Citing "extraordinary" costs in special cases, the Texas Credit Union Department wants to be reimbursed from the industry for certain examination expenses, it was disclosed last week.
In a proposed rule out for comment this month, Texas CU Commissioner Harold E, Feeney said the agency may seek "direct reimbursement for time and actual expenses incurred by the department" for CU examinations deemed extraordinary.
Expenses including personnel and transportation costs, meals, lodging and incidentals would be declared "unique and directly attributable to an individual credit union," the proposed rule read.
Deputy Commissioner James Deese said so far he has not witnessed a large number of comments on the rule likely to be acted upon at the commission's October meeting. The comment period on the rule that was issued June 18 runs for 30 days.
The proposed rule stipulates that if the commissioner "determines that the nature of a service is unusual and recovery of costs associated with the extraordinary service is appropriate, the Department shall provide advance notice to the credit union of its intention to recover expenses."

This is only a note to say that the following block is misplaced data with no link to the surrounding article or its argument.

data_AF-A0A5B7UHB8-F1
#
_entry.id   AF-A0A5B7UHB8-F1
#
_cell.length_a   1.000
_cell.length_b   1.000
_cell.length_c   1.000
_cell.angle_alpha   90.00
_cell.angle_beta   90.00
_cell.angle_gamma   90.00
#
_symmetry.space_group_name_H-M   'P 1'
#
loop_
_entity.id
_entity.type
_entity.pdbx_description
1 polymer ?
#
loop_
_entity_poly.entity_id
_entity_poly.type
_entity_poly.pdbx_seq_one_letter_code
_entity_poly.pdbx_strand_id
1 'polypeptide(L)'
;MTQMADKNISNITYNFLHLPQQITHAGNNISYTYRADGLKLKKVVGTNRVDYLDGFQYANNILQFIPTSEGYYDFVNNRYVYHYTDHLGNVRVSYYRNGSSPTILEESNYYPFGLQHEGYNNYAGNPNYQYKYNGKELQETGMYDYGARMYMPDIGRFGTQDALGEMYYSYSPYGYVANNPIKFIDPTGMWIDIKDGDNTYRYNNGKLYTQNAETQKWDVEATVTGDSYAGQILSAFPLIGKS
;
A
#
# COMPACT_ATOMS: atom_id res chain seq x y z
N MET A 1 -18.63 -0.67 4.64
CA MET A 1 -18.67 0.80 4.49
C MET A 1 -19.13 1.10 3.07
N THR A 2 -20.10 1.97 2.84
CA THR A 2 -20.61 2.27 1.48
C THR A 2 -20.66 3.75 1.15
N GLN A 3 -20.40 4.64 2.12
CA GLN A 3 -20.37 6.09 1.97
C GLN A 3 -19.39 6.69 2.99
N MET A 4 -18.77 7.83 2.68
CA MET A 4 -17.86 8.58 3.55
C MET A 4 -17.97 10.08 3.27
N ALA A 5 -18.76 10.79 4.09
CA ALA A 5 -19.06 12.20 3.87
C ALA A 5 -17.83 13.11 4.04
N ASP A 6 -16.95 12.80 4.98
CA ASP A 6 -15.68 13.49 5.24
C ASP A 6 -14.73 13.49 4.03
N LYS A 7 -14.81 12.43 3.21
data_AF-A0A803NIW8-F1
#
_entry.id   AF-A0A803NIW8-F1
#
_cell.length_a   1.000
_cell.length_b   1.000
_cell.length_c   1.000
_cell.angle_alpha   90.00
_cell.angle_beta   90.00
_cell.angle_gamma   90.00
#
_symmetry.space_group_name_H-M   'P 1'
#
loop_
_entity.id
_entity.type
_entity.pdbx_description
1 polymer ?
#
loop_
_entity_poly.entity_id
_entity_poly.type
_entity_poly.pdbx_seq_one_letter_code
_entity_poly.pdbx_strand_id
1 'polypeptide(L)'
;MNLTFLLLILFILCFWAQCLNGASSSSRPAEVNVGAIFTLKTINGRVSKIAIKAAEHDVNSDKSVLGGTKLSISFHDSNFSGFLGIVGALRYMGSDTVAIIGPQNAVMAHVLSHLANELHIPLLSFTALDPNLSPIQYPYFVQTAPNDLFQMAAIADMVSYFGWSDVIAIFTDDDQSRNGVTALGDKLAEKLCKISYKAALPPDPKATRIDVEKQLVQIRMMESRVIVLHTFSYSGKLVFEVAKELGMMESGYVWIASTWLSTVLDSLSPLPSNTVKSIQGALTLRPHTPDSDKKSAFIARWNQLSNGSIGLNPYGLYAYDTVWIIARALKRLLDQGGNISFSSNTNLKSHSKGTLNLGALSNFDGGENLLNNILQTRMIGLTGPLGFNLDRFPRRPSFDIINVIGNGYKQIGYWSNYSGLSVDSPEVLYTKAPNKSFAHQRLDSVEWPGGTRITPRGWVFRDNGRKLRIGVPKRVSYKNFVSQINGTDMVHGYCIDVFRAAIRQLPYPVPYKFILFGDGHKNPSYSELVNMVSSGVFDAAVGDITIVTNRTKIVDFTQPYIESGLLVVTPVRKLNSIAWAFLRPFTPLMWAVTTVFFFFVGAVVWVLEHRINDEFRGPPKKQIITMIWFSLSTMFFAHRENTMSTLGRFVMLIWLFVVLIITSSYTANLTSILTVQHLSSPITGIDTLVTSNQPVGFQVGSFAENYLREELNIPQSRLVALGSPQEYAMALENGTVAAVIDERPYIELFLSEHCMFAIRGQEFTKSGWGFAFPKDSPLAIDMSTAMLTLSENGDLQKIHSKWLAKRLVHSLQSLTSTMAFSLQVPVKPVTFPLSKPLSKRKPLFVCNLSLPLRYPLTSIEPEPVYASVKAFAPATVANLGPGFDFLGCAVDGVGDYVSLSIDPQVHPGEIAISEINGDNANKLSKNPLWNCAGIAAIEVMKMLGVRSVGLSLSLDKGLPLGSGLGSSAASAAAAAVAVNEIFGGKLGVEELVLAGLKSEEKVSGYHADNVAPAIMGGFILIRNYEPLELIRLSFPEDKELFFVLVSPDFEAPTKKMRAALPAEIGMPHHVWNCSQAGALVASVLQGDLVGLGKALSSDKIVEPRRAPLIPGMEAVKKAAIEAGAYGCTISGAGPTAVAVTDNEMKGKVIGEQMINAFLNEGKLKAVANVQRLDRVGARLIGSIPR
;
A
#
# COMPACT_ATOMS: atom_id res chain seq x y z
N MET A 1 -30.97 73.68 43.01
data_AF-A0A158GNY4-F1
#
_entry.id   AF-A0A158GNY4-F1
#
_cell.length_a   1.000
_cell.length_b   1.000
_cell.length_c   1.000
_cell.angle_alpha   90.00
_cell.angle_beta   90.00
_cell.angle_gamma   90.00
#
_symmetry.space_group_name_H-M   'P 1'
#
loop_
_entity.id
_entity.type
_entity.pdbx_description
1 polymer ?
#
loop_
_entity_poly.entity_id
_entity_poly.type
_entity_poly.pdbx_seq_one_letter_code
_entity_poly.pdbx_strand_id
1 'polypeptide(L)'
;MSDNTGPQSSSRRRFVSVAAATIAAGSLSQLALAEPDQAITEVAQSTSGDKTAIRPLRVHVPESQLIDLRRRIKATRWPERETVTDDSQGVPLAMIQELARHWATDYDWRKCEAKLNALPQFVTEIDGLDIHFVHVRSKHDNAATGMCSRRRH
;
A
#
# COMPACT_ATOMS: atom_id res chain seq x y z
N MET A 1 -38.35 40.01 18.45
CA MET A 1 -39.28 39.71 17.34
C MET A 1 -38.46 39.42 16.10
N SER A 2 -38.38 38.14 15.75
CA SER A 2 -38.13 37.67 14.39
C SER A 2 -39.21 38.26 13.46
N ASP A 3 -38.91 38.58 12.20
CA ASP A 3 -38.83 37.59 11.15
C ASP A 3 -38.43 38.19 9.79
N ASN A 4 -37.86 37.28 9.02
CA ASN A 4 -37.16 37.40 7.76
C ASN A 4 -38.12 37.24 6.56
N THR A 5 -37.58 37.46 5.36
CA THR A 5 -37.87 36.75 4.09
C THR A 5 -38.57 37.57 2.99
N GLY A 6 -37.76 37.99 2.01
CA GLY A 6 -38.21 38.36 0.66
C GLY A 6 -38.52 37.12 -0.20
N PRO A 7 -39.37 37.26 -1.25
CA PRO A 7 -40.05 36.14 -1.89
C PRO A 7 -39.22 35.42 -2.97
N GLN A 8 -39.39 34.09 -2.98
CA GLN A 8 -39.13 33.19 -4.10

Unless an appeal is filed, the full amount would be due when the credit union receives the bill.
In seeking reimbursement, "the commissioner shall consider the amount of the costs involved, the nature of the service, the impact of the activity on other department services, and other factors deemed appropriate."
Deese said he was unfamiliar with similar rules in other states but that the commission seeks to recover "a fair share" of expenses from those CUs where examiners were spending copious amounts of time. Just how many Texas CUs might make the list CUs deserving special agency attention was unavailable, he said.